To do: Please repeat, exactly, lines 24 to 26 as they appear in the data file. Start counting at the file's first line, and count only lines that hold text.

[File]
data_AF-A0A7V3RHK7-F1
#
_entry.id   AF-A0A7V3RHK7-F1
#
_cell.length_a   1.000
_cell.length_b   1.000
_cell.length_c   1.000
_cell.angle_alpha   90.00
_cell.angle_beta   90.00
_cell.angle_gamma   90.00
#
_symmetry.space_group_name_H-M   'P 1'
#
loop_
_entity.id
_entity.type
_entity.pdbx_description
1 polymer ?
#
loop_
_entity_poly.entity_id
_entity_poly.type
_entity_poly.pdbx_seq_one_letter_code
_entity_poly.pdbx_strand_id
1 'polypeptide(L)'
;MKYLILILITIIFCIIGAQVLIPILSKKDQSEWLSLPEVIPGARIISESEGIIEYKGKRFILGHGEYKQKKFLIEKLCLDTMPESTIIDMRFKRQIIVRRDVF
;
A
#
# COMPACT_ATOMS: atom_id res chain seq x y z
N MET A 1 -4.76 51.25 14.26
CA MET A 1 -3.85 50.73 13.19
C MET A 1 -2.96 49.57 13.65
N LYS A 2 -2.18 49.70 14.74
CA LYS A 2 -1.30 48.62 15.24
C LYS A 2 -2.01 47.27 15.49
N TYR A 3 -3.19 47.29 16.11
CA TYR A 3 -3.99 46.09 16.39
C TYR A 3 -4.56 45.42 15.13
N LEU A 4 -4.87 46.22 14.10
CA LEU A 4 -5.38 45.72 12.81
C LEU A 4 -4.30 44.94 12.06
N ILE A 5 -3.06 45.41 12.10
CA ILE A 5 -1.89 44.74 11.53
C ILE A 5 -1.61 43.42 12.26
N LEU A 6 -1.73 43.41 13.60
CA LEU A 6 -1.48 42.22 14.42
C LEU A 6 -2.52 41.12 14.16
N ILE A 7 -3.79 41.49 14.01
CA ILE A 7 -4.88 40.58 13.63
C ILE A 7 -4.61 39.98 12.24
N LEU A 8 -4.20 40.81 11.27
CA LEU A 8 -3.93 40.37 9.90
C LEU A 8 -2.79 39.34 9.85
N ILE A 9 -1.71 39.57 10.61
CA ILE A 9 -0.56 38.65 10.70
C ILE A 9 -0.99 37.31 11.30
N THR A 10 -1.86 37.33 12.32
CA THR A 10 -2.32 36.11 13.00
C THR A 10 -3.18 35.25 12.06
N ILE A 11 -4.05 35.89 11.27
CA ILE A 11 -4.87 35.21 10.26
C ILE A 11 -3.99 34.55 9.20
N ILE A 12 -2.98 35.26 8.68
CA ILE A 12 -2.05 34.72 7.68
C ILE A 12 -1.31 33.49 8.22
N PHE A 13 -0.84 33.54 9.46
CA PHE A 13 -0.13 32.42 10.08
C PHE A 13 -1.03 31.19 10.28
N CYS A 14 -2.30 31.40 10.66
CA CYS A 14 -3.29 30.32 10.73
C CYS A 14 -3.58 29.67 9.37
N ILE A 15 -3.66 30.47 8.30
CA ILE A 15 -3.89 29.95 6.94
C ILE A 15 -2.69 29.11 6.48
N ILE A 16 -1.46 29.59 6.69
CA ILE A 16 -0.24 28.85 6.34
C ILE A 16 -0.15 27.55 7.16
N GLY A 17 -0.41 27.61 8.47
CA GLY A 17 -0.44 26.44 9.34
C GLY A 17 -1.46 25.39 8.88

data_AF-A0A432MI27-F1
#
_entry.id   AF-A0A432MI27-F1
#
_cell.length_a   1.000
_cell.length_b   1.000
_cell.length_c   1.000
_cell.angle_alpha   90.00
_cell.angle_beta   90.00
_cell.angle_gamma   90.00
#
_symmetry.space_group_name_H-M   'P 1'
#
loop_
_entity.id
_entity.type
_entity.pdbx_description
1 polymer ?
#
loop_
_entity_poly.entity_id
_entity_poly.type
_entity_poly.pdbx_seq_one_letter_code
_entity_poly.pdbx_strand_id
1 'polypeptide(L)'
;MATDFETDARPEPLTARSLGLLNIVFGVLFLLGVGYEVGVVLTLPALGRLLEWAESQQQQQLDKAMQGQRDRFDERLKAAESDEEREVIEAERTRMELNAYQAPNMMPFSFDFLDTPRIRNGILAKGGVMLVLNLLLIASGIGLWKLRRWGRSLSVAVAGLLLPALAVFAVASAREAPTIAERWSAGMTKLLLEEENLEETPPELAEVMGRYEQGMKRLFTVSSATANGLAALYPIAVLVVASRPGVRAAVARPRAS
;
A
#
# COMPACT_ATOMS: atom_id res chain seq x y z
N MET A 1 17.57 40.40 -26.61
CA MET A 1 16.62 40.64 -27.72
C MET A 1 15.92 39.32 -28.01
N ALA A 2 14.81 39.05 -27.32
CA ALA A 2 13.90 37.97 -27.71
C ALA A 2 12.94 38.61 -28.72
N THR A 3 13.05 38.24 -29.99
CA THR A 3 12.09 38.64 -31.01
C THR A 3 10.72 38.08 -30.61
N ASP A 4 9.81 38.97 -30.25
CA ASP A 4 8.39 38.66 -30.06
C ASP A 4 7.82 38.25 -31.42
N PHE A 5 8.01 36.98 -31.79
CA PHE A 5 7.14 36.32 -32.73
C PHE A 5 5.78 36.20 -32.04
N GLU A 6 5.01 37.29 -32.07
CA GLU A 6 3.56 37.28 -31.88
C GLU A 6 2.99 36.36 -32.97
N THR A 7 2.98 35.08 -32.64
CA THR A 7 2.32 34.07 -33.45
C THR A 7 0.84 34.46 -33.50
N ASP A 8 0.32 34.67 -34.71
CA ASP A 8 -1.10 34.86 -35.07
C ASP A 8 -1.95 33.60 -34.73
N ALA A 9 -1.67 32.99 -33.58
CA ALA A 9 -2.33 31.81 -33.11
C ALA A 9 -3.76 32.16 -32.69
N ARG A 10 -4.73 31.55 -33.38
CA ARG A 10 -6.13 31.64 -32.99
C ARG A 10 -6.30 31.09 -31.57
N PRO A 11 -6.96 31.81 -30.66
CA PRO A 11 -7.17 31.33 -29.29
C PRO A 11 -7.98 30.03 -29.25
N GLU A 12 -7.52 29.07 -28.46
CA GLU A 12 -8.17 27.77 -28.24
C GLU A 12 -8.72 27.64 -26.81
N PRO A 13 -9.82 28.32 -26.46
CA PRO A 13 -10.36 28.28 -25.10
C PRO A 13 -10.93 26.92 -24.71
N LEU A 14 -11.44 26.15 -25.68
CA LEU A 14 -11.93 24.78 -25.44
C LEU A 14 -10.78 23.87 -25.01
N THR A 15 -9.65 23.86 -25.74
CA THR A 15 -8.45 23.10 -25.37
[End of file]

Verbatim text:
_entity_poly.pdbx_strand_id
1 'polypeptide(L)'
;MKYLILILITIIFCIIGAQVLIPILSKKDQSEWLSLPEVIPGARIISESEGIIEYKGKRFILGHGEYKQKKFLIEKLCLDTMPESTIIDMRFKRQIIVRRDVF